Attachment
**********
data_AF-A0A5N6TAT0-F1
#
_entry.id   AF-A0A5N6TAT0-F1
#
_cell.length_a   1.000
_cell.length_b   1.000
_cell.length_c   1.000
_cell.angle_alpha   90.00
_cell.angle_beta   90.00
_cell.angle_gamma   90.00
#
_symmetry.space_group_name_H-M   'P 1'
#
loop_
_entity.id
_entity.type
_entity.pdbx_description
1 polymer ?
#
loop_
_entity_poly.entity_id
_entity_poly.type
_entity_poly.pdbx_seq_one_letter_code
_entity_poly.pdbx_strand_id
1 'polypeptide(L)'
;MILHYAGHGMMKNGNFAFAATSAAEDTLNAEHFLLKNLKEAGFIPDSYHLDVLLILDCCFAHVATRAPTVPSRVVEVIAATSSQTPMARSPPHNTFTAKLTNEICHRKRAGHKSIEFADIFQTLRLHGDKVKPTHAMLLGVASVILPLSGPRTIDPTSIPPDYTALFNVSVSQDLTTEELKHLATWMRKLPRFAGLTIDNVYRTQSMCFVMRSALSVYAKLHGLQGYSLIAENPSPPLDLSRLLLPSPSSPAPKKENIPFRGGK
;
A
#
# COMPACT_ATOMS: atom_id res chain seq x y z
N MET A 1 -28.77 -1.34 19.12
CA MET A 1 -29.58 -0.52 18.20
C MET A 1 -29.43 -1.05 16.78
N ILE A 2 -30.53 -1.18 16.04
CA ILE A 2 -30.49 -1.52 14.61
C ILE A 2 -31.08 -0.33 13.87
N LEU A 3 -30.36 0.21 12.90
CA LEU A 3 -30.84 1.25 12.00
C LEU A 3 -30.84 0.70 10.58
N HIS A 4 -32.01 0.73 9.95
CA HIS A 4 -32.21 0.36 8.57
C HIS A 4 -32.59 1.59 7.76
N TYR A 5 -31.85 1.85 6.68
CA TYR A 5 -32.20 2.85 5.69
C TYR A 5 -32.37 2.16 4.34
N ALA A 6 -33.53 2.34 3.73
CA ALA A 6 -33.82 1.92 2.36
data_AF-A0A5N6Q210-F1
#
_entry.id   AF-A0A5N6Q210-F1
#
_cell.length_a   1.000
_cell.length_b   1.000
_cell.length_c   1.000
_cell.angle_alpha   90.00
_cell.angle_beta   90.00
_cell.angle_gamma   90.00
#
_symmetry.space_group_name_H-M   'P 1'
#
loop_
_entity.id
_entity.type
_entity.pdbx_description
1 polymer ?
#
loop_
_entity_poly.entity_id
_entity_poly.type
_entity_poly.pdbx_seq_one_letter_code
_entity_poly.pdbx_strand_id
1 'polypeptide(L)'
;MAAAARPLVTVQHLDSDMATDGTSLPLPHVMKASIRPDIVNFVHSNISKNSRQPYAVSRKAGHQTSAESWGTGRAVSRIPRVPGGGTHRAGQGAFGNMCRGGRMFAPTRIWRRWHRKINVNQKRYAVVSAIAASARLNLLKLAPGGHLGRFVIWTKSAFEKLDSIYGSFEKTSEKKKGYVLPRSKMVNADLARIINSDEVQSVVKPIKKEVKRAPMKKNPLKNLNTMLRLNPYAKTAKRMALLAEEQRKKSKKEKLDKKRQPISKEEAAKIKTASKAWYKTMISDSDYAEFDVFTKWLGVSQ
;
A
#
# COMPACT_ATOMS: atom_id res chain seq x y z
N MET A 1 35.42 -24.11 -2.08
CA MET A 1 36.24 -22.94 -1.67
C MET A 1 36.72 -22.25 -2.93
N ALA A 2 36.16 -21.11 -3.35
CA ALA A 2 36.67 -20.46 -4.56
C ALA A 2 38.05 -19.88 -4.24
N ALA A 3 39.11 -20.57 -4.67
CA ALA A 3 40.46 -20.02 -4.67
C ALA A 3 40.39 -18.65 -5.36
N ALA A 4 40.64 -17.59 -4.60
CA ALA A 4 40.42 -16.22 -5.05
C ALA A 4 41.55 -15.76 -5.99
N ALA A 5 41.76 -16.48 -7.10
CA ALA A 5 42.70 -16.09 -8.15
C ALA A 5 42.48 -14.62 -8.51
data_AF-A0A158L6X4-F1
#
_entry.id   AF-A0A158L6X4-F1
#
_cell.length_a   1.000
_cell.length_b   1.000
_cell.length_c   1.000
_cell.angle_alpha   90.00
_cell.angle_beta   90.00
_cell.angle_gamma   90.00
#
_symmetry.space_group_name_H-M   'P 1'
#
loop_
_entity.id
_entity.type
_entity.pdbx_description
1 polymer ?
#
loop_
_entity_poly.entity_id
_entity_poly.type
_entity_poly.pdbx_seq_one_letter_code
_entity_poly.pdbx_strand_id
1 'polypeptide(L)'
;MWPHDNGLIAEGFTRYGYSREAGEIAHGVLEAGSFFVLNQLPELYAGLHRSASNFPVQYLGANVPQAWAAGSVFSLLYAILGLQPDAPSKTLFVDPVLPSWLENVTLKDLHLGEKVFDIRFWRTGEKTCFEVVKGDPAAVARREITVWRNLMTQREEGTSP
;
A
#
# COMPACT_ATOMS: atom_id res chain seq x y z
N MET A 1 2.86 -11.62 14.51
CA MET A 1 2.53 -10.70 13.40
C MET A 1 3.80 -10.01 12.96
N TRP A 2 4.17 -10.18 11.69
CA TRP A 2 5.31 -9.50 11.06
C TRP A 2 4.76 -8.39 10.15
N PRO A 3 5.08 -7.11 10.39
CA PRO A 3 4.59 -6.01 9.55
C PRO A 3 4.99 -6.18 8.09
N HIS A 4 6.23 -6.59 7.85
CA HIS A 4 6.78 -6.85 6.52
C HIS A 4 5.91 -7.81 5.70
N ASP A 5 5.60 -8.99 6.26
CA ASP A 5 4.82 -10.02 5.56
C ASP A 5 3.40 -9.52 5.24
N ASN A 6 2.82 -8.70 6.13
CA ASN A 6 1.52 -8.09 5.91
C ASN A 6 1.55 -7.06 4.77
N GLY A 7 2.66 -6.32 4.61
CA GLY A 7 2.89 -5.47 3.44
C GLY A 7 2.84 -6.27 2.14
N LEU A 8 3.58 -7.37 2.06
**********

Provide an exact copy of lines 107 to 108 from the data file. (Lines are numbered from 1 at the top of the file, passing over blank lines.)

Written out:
_entity.id
_entity.type